What is point of view? Here’s a quick and simple definition:
Point of view refers to the perspective that the narrator holds in relation to the events of the story. The three primary points of view are first person, in which the narrator tells a story from their own perspective ("I went to the store"); second person, in which the narrator tells a story about you, the reader or viewer ("You went to the store"); and third person, in which the narrator tells a story about other people ("He went to the store"). Each point of view creates a different experience for the reader, because, in each point of view, different types and amounts of information are available to the reader about the story's events and characters.
Some additional key details about point of view:
Stories can be told from one of three main points of view: first person, second person, or third person. Each of the different modes offers an author particular options and benefits, and the point of view that an author chooses will have a tremendous impact on the way that a reader engages with a story.
In first person point of view, the narrator tells the story from his or her own perspective. You can easily recognize first person by its use of the pronouns "I" or "We." First person offers the author a great way to give the reader direct access to a particular character's thoughts, emotions, voice, and way of seeing the world—their point of view about the main events of the story. The choice of which character gets to have first person point of view can dramatically change a story, as shown in this simple scenario of a thief snatching a lady's purse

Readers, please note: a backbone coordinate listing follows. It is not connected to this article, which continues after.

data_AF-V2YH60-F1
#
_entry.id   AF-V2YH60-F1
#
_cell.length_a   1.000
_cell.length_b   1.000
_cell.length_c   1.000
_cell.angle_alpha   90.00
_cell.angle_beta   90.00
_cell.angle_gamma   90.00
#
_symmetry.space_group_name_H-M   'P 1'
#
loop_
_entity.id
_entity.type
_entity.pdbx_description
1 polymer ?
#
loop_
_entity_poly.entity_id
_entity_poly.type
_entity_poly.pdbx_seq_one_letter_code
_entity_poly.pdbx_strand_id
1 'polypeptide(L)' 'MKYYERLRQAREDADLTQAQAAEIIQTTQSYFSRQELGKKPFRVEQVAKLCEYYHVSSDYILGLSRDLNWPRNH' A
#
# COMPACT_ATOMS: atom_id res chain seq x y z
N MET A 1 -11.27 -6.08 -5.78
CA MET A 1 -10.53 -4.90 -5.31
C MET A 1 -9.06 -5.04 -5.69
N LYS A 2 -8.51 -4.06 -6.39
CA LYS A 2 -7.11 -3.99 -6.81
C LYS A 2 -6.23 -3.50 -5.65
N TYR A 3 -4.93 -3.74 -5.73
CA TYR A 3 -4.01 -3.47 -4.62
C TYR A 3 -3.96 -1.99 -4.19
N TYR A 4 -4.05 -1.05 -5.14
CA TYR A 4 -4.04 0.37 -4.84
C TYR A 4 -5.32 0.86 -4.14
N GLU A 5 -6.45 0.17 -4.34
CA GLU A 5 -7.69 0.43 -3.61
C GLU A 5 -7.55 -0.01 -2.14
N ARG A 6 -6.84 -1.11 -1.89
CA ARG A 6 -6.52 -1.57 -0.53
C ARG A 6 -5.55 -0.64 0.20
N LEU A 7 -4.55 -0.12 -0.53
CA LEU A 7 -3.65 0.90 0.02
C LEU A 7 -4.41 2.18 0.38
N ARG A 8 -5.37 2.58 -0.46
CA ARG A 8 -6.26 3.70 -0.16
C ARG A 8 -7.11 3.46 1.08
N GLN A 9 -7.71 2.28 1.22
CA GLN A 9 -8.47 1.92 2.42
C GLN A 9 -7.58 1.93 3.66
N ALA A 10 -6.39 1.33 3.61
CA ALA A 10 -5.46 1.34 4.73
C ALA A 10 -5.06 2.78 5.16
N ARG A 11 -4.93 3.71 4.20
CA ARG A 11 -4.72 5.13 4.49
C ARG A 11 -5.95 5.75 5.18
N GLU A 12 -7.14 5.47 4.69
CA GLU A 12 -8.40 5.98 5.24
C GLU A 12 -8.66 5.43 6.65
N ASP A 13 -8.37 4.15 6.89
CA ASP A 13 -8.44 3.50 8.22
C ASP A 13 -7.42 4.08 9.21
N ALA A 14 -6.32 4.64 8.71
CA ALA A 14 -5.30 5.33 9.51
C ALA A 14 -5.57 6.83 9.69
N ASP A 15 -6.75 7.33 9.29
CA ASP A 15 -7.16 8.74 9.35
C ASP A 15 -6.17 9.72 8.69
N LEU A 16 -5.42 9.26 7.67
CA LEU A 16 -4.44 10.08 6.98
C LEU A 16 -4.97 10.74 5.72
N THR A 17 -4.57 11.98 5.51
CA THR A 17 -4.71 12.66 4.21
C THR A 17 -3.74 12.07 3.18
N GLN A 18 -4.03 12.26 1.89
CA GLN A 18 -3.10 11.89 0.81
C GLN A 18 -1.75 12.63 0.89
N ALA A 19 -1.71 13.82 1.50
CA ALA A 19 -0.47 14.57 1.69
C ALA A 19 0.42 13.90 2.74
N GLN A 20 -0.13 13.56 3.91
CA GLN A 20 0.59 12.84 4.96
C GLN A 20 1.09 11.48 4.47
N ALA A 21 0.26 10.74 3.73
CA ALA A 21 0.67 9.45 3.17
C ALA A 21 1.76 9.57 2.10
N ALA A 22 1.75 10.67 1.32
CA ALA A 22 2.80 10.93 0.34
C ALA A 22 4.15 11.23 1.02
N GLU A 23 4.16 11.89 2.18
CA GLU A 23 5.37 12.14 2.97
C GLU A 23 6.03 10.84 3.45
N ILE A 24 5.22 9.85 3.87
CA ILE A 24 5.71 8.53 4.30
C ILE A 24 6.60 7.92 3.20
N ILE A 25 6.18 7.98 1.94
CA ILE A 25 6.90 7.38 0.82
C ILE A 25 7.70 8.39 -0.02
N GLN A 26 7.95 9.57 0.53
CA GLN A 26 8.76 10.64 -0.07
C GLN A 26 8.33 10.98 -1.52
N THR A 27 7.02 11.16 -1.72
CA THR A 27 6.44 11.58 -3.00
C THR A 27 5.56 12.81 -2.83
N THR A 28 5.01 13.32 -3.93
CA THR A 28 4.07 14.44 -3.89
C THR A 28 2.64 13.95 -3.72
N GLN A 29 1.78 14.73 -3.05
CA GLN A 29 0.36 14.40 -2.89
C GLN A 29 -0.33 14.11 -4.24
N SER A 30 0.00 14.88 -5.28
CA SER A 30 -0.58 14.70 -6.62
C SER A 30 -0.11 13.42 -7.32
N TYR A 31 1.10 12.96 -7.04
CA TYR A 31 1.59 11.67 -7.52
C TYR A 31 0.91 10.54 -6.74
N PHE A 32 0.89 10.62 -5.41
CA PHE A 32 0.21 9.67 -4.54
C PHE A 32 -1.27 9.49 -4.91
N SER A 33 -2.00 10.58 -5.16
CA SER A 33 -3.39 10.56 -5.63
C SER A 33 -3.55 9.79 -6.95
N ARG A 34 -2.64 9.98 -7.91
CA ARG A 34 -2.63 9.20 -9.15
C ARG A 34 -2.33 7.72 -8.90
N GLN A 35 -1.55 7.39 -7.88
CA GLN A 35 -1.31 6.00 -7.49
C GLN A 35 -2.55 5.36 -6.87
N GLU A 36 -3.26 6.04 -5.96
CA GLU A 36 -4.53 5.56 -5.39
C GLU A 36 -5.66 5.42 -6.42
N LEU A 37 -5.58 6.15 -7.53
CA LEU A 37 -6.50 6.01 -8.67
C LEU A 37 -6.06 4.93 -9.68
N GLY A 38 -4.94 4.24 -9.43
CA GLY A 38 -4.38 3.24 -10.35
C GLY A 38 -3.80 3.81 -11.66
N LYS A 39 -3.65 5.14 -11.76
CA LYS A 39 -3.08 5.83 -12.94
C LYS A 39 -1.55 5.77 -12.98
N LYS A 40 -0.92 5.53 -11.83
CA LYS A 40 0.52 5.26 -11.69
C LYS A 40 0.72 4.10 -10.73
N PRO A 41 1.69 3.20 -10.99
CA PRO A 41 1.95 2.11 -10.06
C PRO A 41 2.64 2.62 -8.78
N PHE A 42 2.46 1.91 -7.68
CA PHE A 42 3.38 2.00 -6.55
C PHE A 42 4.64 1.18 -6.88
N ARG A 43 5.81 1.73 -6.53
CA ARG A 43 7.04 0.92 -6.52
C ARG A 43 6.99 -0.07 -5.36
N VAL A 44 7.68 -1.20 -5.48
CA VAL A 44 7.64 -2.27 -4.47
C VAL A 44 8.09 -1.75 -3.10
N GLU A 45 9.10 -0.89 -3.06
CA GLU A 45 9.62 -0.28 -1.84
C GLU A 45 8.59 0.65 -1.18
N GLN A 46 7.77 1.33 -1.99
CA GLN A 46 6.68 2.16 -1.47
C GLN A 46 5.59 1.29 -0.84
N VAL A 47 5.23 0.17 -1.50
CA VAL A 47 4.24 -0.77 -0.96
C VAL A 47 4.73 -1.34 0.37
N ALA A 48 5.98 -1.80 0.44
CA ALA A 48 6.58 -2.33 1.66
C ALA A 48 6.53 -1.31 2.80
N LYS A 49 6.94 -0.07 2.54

Consider also one of the most famous examples of first person point of view, the very first line of Herman Melville's Moby-Dick:
Call me Ishmael.
Melville uses first person here because he wants to establish a confessional tone for the protagonist. He wants the reader to feel like Ishmael has just sat down next to him on a bar stool, and is about to tell him his life's story. Only first person can have this colloquial and intimate effect. Saying, "His name was Ishmael," for instance, would insert more distance between the reader and the character Ishmael, because the third person narrator would sit between the reader and Ishmael. First person, in this way, can have the effect of connecting the reader directly with the story.
In a story told in the first person, the character who acts as narrator will often also be the protagonist of the story. However, some stories told from the first person do not make the narrator the protagonist:
Second person point of view uses the pronoun "you" to immerse the reader in the experience of being the protagonist. It's important to remember that second person point of view is different from simply addressing the reader. Rather, the second person point of view places the reader "on the playing field" by putting them in the position of the protagonist—the one to whom the action occurs. Few stories are appropriate for such a perspective, but occasionally it is quite successful, as in Jay McInerney's Bright Lights, Big City, a novel in which the reader is taken on a wild night through Manhattan.
Eventually you ascend the stairs to the street. You think of Plato's pilgrims climbing out of the cave, from the shadow world of appearances toward things as they really are, and you wonder if it is possible to change in this life. Being with a philosopher makes you think.
Of the three points of view, second person is the most rarely used, primarily because it doesn't allow the narrator as much freedom as first person and third person, so it's hard to sustain this style of narration for very long.
In third person point of view, the narrator is someone (or some entity) who is not a character in the story being told. Third person point of view uses the pronouns "he," "she," and "they," to refer to all the characters. It is the most common point of view in writing, as it gives the writer a considerable amount of freedom to focus on different people, events, and places without being limited within the consciousness of a single character. Below is an example of dialogue written in third person by Joseph Heller in his novel Catch-22: